April 12, 2018
Testing requirements of New Zealand's TB-free programme cut down
New Zealand's tuberculosis-free (TB) programme is paring down testing requirements for cattle and deer herds in some parts of the North Island, the New Zealand Herald reported.
Changes from this development went into effect on March 1.
The programme, which is created by OSPRI, a partnership between primary industries and the New Zealand government, divides the country into many disease control areas.
Each of this sector has different TB testing requirements and control measures, which are determined by the level of risk of TB being transferred from infected wildlife - mainly possums - to cattle and deer.
With the success of OSPRI's work in each area, disease control areas (DCA) are redefined and testing frequency reduced.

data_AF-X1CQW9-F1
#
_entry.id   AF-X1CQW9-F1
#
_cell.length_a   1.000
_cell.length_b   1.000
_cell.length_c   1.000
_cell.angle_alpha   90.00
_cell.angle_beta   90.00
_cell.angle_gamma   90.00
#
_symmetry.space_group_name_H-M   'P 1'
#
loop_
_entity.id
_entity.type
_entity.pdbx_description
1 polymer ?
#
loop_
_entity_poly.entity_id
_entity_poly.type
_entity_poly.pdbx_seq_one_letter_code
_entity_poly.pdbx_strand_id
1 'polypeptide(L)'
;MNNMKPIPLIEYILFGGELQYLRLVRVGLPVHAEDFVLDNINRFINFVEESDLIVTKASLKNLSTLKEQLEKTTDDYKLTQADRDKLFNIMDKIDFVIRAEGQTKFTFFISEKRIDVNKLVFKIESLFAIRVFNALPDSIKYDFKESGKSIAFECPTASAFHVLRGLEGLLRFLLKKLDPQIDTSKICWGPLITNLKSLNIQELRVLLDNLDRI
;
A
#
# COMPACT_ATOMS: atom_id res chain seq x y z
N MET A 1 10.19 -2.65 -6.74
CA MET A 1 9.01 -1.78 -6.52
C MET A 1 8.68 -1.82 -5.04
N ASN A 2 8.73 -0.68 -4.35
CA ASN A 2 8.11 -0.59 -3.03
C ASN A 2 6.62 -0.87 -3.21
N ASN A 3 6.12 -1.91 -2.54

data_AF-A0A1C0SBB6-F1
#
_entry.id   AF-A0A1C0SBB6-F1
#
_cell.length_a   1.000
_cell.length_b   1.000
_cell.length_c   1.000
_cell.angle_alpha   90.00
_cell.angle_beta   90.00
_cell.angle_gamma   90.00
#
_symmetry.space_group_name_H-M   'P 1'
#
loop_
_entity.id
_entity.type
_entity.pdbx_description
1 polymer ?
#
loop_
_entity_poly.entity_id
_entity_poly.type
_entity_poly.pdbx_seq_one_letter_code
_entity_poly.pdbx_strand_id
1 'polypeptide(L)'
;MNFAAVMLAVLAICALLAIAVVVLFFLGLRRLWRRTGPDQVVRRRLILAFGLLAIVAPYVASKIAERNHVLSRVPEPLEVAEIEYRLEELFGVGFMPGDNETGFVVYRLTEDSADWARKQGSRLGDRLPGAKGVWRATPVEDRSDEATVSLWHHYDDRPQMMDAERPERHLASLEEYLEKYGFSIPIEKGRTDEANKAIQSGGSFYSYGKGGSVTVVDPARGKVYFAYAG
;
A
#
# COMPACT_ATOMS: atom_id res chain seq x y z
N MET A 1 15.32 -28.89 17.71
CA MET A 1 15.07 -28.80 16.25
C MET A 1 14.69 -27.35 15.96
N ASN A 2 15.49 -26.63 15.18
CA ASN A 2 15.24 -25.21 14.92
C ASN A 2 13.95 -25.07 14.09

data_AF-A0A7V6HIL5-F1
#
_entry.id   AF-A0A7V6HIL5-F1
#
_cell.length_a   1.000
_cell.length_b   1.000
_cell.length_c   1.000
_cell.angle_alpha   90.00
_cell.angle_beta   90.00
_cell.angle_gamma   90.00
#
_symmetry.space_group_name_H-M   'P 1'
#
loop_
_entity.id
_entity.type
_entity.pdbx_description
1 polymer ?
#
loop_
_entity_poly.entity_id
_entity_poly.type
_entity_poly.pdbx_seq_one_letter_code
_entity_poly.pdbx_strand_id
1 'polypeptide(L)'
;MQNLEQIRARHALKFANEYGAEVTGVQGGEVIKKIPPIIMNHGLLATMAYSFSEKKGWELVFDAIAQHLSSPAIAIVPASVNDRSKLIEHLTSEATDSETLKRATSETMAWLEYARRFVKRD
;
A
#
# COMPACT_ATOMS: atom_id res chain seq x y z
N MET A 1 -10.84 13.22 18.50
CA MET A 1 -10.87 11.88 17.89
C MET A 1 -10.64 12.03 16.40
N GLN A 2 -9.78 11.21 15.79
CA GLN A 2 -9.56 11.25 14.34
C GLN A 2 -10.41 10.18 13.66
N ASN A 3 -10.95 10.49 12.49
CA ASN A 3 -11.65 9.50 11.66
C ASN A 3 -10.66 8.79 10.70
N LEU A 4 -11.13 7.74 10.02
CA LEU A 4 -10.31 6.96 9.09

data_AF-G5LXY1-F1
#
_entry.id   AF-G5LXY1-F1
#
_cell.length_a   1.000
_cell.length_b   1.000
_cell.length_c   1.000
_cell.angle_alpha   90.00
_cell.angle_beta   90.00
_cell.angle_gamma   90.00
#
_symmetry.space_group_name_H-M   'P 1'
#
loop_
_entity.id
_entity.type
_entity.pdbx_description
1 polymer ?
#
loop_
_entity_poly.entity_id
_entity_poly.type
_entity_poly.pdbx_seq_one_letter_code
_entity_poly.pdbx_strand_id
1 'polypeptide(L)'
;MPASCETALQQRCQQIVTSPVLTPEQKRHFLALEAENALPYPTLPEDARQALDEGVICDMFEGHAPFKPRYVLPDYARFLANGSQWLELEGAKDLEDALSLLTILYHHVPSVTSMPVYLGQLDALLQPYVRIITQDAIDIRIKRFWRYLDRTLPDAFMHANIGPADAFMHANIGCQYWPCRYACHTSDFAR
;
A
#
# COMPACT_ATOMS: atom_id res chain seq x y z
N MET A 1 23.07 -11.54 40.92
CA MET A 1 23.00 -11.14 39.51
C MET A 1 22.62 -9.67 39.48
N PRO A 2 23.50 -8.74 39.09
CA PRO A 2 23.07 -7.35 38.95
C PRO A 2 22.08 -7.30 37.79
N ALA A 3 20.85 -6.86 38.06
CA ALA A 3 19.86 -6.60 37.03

Currently, OSPRI's programme has eradicated TB from 1.83 million hectares - with 7.9 million hectares of vector risk area left to be dealt with.
Infected herds have been brought down to around 50 — a huge decrease from nearly 1,700 in 1994.
A revised plan for tackling TB was launched in 2016. The plan's goals include biological eradication by 2055, with cattle and deer herds free from TB by 2026. In order to achieve these objectives, changes to TB testing and pest control will be phased in.
This year's DCA changes affect more than 315,000 hectares. There will be less testing for 1,029 cattle and deer herds, which will save more than 32,000 TB tests.
- New Zealand Herald